Editorial – Not in my barbecue!

Olympic season is upon us, mainstream sportswriters are writing about badminton again and in North America, that means the backyard barbecue meme is back! By Don Hearn.  Photos: Badmintonphoto Seen […]

Olympic season is upon us, mainstream sportswriters are writing about badminton again and in North America, that means the backyard barbecue meme is back!

By Don Hearn.  Photos: Badmintonphoto

Seen as backyard fun by many Americans, the sport is serious business for millions in Asia and parts of Europe, where throngs of people pack stadiums to watch players who are household names.

The preceding excerpt is from an Associated Press story filed recently from Seoul, of all places.  One might well ask how American perception of a sport is relevant in an article written for a global wire service from an international badminton powerhouse, but if you read about the sport in the mainstream media in North America you will already be familiar with the pattern.

This backyard/barbecue(/beer) reference is like a compulsion for journalists there.  Just go to a news search engine and type in ‘badminton backyard’ and you will be treated to a collection of them: possibly at least one for every time a journalist is asked for his/her first badminton piece.

Can you imagine if all golf articles started like this?

Now many of us have memories of going to the mini-golf course as a child and swinging the mini-putters to weave the ball around ramps, windmills, cartoon characters, you name it.  Well, the golfers in Rio will be playing a very different game from that.  Some of them swing clubs weighing over 300 grams and walk upwards of 8 kilometres in just four hours.  Their equipment weighs so much they have to pay a second person just to carry it.  In some countries, there are entire television stations devoted to this one game and newspaper sports pages run stories about it nearly every day!  In the United States, they have a shirt style and an umbrella named after golf and the game has even become the subject of Hollywood movies!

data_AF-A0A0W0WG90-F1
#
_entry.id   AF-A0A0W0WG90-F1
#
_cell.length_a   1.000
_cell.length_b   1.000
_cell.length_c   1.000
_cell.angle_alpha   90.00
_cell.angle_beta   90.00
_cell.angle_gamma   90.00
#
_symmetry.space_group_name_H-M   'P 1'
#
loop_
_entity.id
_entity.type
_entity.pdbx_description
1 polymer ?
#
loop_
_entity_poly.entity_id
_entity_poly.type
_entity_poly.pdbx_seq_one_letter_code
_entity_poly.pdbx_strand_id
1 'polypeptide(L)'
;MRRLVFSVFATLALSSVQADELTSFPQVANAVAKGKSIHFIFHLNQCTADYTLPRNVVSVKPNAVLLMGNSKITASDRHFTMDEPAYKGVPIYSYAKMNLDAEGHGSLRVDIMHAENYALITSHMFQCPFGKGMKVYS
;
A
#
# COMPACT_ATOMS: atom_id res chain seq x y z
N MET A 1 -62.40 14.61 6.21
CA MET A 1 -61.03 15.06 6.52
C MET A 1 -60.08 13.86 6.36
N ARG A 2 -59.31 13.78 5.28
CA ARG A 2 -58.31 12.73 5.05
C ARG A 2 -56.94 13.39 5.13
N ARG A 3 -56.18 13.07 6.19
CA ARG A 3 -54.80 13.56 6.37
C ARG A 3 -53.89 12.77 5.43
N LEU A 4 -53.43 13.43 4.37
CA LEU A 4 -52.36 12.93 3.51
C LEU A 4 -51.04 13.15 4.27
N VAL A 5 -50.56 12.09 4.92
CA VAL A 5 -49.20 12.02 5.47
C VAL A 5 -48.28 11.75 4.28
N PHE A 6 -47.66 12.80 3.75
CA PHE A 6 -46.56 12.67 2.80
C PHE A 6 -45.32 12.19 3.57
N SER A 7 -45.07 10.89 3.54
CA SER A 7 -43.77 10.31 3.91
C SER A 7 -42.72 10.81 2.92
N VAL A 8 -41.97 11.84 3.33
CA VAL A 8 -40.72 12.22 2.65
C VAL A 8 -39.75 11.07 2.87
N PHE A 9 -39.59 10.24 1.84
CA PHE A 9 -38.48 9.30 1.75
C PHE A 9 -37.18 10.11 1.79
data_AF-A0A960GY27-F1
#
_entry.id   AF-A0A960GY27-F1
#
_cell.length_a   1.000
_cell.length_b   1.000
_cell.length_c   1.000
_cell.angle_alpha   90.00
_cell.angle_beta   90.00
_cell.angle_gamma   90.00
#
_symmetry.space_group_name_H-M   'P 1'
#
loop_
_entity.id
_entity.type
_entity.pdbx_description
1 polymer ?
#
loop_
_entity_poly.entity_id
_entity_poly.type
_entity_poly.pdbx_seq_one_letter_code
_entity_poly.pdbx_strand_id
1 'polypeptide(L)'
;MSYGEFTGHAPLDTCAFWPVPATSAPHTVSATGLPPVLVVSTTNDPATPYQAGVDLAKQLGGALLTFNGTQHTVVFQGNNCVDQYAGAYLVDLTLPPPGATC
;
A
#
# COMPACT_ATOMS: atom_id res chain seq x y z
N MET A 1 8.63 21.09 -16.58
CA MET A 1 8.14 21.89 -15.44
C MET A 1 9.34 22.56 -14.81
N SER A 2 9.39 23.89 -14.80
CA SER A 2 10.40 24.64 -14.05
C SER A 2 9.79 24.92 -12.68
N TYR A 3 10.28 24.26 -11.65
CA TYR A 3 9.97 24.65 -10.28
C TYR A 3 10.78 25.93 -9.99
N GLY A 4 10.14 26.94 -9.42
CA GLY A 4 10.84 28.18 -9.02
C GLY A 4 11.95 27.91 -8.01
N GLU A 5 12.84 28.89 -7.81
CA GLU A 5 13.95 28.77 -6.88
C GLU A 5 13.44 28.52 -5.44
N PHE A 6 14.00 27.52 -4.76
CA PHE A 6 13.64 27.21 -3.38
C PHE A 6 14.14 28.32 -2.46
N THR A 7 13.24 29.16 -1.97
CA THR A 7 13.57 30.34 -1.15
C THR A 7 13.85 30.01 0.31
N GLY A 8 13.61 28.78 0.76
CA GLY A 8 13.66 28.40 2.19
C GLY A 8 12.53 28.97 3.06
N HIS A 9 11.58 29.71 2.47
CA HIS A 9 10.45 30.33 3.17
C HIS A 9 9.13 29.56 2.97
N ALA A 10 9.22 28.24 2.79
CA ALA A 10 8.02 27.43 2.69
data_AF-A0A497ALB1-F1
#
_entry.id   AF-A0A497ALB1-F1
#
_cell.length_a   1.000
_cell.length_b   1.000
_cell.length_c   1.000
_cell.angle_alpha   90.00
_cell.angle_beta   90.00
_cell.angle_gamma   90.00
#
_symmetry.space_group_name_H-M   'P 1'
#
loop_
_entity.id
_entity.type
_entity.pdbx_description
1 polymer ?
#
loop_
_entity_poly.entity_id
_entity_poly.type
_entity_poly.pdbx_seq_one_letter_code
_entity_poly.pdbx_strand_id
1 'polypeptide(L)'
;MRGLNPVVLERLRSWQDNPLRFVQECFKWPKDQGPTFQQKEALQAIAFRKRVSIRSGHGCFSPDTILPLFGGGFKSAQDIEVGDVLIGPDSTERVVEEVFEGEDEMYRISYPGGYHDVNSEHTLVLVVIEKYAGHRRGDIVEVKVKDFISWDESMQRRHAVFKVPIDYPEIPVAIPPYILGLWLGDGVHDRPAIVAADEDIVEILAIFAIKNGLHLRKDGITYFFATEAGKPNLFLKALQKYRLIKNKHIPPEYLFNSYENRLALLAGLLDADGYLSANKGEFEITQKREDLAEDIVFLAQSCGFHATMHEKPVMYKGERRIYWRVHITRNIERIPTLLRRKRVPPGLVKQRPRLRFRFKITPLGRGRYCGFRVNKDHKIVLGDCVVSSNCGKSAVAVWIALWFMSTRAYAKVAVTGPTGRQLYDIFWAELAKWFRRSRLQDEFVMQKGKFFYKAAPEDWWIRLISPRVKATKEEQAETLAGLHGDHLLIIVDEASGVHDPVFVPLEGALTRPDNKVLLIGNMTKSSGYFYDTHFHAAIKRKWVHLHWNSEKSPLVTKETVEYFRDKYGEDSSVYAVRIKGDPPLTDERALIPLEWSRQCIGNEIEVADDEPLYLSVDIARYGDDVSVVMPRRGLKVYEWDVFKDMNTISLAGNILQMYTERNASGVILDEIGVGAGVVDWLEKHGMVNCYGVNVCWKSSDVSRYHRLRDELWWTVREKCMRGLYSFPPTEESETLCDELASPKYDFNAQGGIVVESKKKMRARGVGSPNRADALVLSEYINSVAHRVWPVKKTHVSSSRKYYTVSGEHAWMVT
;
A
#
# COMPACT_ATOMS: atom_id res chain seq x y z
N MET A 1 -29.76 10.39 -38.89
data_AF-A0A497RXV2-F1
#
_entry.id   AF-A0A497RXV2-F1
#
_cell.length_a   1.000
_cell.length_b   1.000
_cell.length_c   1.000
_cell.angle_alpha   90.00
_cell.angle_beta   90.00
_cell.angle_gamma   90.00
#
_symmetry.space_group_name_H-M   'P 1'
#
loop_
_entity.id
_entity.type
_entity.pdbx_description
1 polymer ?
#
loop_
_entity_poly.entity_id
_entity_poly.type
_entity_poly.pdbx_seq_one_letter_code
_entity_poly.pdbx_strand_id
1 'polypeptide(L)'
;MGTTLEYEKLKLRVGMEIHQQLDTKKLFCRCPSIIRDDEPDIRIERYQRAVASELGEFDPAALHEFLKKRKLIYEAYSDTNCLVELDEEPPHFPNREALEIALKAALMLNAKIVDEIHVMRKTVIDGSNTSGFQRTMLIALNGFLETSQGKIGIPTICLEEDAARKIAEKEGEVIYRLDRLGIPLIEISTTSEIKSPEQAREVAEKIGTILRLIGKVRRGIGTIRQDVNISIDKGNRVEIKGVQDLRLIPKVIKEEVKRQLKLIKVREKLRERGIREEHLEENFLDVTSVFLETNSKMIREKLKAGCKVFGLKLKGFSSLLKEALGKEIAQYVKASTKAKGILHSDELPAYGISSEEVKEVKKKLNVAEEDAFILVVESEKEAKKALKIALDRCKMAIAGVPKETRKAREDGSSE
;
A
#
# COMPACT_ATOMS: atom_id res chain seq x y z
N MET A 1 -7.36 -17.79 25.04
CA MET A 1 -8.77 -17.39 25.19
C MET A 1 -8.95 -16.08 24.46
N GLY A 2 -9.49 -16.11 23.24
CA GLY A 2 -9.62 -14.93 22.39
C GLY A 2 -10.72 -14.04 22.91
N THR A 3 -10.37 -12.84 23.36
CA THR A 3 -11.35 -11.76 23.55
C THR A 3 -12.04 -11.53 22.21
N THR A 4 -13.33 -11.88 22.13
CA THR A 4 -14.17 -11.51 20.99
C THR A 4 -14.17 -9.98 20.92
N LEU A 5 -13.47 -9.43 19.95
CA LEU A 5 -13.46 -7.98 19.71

Why is it so difficult for journalists to get their heads around?  You can shoot all the hoops you want over the garage, and have no trouble accepting the notion that NBA basketball games are not played on driveways.  You can watch a toddler stumbling in skates on a frozen pond or Times Square and still know that NHL hockey uses arenas and Zambonis.

So why should it be such a shocker that there exists a fast-paced, professional sport that bears no resemblance to a kids’ game?

Now, obviously some head-scratching is perfectly understandable.  Take Frisbee or Hacky Sack.  Sure, anyone can see how much better you get with a lot of practice, but you still might do a double take the first time you hear of a world championship for a pastime that began as a toy.  And as for the second syllable of the dubious neologism eSports, how can anyone take that seriously?

But badminton didn’t start with the backyard badminton sets that have so captured the imagination of North American sportswriters, any more than baseball was spawned by the company that produced the first jumbo toy plastic bats.  The dates from the same time period as the modern Olympiad and the Serie A football league.

At some point, if you’re writing about sports, you just have to deal with the fact that some exist outside your experience.  If you yourself grow up playing ping-pong only in a basement rec-room, never moving enough to break a sweat, that in no way precludes the world’s top table tennis players from becoming a hundred times better.  One look at their lightning-fast reflexes and sinewy physiques should be all the evidence you need.

Dumbing it down, for the audience or….?

Sadly, the mainstream media just doesn’t seem to have any filter when it comes to badminton.  All the ignorance just comes gushing out.  At the extreme, of course, you have Mary Carillo’s near-nervous breakdown narrating a backyard badminton experience while anchoring between Olympic badminton matches.  Carillo, an ex-tennis player, would no doubt find it unthinkable for a sportscaster at Wimbledon to mention their 12-year-old son taking a wild swing and pounding their last Slazenger over the fence and into the nearby pond.